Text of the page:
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The Institute of Public Accountants is using its 2016 pre-budget submission to encourage the government to support innovative small-to-medium enterprises (SMEs).
CEO Andrew Conway noted the need for Australia to develop a sound public policy that encourages innovation among SMEs.
“Around 10 per cent of Australian businesses produce innovative goods and services, while between 16 and 21 per cent innovate in their underlying business processes," said Mr Conway.
“Even if Australian SMEs are not the initial investors or innovators, they can still capture some of the value of innovations developed elsewhere," he added.
According to Mr Conway, innovation policy must include measures to encourage diffusion and uptake of existing innovations to a broad range of firms, as well as encourage new innovations themselves.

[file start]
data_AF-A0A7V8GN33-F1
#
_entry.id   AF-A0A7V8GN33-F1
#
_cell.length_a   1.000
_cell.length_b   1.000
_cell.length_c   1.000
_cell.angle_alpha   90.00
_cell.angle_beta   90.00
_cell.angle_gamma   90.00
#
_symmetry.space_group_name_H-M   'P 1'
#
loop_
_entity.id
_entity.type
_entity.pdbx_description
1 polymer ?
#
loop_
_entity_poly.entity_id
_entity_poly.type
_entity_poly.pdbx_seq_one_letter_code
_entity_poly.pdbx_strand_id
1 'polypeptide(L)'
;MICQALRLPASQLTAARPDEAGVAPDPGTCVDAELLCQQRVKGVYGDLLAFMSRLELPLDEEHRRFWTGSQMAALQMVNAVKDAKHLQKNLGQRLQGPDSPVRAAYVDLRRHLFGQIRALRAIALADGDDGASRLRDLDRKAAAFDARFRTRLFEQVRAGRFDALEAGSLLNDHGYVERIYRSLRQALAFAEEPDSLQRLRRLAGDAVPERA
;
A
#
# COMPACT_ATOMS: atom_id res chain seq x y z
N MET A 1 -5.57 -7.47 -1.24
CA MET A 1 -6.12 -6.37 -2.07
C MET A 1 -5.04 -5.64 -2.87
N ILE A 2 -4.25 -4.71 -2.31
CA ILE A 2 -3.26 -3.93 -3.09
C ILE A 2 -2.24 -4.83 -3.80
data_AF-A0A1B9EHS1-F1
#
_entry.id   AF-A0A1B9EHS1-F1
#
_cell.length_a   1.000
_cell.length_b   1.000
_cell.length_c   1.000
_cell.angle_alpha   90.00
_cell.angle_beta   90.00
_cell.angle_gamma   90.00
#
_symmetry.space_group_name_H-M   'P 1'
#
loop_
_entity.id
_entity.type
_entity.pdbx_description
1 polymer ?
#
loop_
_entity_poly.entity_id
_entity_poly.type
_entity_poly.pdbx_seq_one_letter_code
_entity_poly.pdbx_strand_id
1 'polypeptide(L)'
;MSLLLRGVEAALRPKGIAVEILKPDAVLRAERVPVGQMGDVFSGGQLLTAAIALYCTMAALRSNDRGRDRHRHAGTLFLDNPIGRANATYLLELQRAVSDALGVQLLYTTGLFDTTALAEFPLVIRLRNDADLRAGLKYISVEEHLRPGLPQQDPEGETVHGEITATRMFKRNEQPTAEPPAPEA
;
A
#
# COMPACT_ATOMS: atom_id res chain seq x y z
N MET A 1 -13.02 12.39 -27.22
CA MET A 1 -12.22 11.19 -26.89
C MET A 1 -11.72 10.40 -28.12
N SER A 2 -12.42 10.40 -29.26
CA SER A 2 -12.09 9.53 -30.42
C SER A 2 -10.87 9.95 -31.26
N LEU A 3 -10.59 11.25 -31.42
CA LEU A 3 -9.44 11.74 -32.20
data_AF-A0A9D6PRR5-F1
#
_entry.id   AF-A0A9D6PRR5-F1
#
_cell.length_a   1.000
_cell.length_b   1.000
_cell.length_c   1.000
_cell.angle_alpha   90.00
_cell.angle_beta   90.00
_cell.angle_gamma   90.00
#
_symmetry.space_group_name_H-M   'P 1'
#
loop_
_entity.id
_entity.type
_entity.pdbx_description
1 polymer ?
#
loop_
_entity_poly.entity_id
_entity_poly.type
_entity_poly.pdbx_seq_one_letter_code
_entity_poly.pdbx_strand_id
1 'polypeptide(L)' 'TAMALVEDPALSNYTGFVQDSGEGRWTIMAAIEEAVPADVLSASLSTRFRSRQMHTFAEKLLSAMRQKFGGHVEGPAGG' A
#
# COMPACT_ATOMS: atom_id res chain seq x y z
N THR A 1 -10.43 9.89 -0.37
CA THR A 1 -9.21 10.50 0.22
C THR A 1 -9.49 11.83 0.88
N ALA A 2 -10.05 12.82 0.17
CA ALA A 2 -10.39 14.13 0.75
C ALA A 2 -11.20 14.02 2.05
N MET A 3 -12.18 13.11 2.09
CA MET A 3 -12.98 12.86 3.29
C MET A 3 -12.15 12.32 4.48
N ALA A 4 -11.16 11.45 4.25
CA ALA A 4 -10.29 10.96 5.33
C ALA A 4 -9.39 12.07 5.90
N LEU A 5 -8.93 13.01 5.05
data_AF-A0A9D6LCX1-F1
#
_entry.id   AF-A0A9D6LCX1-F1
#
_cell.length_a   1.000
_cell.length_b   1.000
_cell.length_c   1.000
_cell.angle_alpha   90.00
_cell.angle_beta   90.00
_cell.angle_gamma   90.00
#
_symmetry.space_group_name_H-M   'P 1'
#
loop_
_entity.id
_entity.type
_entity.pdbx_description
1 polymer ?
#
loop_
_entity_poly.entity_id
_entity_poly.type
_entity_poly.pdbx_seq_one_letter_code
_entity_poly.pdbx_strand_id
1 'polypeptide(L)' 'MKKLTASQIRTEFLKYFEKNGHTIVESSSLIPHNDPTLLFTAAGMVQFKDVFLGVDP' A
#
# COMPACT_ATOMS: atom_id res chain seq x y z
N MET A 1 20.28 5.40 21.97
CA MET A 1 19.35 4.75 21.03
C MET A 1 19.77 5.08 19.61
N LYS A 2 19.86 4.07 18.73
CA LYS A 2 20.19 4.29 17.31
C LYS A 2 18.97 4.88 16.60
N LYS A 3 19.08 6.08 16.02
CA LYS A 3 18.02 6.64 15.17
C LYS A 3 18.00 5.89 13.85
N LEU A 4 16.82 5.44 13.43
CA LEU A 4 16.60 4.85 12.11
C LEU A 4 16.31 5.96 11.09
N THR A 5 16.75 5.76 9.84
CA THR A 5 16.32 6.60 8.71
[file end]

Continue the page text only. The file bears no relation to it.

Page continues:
“Firms that can adopt continuous improvement methods to embed incremental innovation can generate large productivity improvements.
“SMEs are an excellent starting point. Large firms often find it hard to change their business model to capture value, but SMEs can change them more easily."
Mr Conway acknowledged the role of the government and the recently announced innovation statement.
“We believe that the government plays an important role," he said.
"They can provide strong research and development support, enabling better linkages between cutting-edge universities and industry; provide support to firms to adapt existing technologies and innovation; and encourage firms to develop their ability to search for new options, evaluate them and successfully implement and adapt them to their specific context."